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THE FOREIGN SERVICE JOURNAL

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OCTOBER 2015

11

and tactical implementation. If all the

principals are out doing the latter, who is

doing the former? After all, as Shake-

speare noted, “Alas! How should you

govern any kingdom that know not how

to use ambassadors…”

The department is fully equipped

with a large number of assistant secre-

taries (who, it should be noted, are the

equivalent in rank to the military’s six

geographic combatant commanders),

their staffs and numerous experienced

ambassadors, not to mention literally

dozens of special envoys and such who

surely could perform some of these

duties so our leadership can be in Wash-

ington.

There is another aspect to consider.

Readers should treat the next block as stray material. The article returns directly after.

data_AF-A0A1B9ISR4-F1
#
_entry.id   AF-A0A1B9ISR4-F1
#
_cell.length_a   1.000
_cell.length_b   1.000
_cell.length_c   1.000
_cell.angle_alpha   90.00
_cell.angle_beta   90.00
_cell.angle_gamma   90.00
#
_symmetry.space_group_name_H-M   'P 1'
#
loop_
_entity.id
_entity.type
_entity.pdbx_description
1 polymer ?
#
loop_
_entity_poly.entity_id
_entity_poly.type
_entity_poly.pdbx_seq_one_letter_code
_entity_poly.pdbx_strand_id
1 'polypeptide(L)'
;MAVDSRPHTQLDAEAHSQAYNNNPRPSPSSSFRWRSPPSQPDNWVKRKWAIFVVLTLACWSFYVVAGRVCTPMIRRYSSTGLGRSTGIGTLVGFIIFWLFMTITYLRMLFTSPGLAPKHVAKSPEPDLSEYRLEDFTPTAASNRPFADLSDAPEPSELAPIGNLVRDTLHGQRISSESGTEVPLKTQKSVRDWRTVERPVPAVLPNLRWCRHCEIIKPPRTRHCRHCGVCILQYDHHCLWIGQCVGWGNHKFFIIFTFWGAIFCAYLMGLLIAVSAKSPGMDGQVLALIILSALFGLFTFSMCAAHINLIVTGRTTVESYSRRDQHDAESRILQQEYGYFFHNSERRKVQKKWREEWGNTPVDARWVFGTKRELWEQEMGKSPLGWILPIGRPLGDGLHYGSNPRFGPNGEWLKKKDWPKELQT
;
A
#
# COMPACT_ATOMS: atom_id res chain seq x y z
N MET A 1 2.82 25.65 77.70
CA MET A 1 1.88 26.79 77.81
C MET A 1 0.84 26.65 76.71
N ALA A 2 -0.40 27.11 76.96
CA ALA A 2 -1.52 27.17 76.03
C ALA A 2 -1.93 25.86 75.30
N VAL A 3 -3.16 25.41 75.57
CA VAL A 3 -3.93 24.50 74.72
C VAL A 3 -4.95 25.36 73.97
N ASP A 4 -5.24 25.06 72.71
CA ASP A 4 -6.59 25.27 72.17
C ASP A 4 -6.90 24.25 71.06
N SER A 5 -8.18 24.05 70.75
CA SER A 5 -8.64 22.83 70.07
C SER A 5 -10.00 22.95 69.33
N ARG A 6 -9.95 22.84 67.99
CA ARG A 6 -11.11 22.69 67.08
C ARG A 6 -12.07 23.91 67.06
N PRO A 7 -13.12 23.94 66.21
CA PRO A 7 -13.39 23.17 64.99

Our luncheon speaker made some

insightful remarks about the political

character of foreign policy. If there was

ever a time when politics stopped at the

water’s edge, that day is long gone.

Domestic politics are an essen-

tial element of contemporary foreign

policy. But if everyone is out of town,

who is taking care of domestic politics?

Who is representing the State Depart-

ment in the corridors of power? As has

often been said, the absent are always

wrong—which may partially explain

the decline in the Department of State’s

influence in the world of Washington

politics.

Perhaps this year was an anomaly;

perhaps the planning and scheduling

for next year’s Foreign Affairs Day will

ensure a proper and respectful repre-

sentation from our leadership.

If not, I don’t see any purpose in

participating.

Edward Marks

Ambassador, retired

Washington, D.C.

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